Mizuno are Lexus. Japanese. Interesting. Curious. Everyone knows they're solid clubs, but when given the choice between a Japanese car or a German car, who the hell chooses a Lexus? Unless it's cheap. Or someone else's.
Nike are Cadillac. In every test possible you can prove that a Caddy these days is as good as a German car, but nobody cares. All the celebrity endorsements in the world doesn't count for shit.
Ping are Volkswagen. Incredibly well made and you can't knock a thing about them. They make some top end cars but they're better known for their mid range, which annihilates all the competition. The trouble is, would you rather people see your VW keys on the bar, or the Merc / Jag ones?
Cobra are Ford. At their best when making hot hatchbacks. Loud, shouty, noisy and good at some things. But there's no strength in depth. And only kids want a bright orange car.
Cleveland are Chevrolet. Apparently they're big in the US, but you've barely heard of them and know little about anything they make. What's that? They're sold as a Daewoo / Srixon in Europe? Well I never.
Wilson are Vauxhall. Apparently they make good cars these days, but nobody actually wants one. That said, there will always be some Vauxhall devoted bore in the clubhouse who will tell you that his GXR goes round the Nurburgring faster than a Ferrari…or something.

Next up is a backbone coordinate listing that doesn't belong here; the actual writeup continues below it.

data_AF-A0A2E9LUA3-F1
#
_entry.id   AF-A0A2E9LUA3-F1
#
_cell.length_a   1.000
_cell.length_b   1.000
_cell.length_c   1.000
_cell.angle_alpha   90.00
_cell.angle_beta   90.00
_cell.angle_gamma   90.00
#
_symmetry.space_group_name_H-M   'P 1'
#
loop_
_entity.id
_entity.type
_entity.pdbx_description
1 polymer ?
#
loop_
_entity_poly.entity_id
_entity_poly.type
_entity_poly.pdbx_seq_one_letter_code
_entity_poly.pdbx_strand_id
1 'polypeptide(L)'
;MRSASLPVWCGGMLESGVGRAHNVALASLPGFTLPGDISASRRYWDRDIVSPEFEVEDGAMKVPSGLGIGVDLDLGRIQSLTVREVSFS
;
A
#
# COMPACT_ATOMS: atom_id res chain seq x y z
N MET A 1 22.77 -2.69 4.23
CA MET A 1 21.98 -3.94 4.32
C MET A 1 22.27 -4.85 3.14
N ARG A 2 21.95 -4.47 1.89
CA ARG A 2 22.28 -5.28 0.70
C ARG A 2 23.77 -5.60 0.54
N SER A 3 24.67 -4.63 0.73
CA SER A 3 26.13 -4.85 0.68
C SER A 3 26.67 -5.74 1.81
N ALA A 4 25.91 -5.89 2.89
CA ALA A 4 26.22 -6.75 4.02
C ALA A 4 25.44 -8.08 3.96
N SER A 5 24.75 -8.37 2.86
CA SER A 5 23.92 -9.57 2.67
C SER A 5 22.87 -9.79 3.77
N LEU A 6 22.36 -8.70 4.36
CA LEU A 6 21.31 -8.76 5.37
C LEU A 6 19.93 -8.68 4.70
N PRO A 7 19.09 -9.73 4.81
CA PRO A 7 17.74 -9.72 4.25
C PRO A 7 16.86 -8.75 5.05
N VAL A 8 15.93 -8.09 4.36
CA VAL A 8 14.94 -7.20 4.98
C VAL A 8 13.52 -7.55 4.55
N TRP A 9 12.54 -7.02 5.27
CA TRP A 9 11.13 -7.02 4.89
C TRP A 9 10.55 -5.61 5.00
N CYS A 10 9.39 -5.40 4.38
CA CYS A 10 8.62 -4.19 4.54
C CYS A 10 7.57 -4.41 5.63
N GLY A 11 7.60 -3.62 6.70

Adams are Chrysler. Another brand you know is big in the US and you do see them in Europe from time to time. They're reliable and they have some great, practical models, but you're not sure you could commit your whole game to them. A Voyager would be nice, if you have 6 kids, but why else would you?
Miura is Aston Martin. They’re all hand made and bespoke and cost a bloody fortune. You know that deep down everyone will be impressed and you can’t get better craftsmanship, but do you look like a footballer with more cash than taste? It’s a fine line.
Honma are Rolls Royce. They cost ten times more than an average club but are they ten times as good? Of course not. These are cars for Arab Sheiks. They’re not for the likes of you or I. They come in gold for Heaven’s sake. GOLD! Just put them down and step away.
Yonex aren’t a car. They’re a company that makes badminton racquets. What’s that? They make golf clubs as well? Sorry, I didn’t know that. I’ve never seen any on the course.
Dunlop are any first car. They are the car your parents help you to buy and put on their insurance when you first pass the test. It’s not pretty and it’s not that great, but you’re so excited to be mobile you get all giddy. A year in, though, and you’re looking for that upgrade.
So, much like a car your choice of golf clubs says a lot about you and getting it right is a tricky balance of style and substance. Nobody wants to be too flashy, especially when you’re not that good. And nobody gets super excited about bringing a sales rep saloon home to the driveway. But make a wild choice and suddenly you’re having a mid life crisis like a 55 year old man on a Harley.
Story by golf writer and course reviewer Crawford Anderson-Dillon. To read a selection of Crawford's golf course reviews click here
The views expressed above are those of the author and do not necessarily reflect those of Top 100 Golf Courses.
05 May 2015 Respond to this article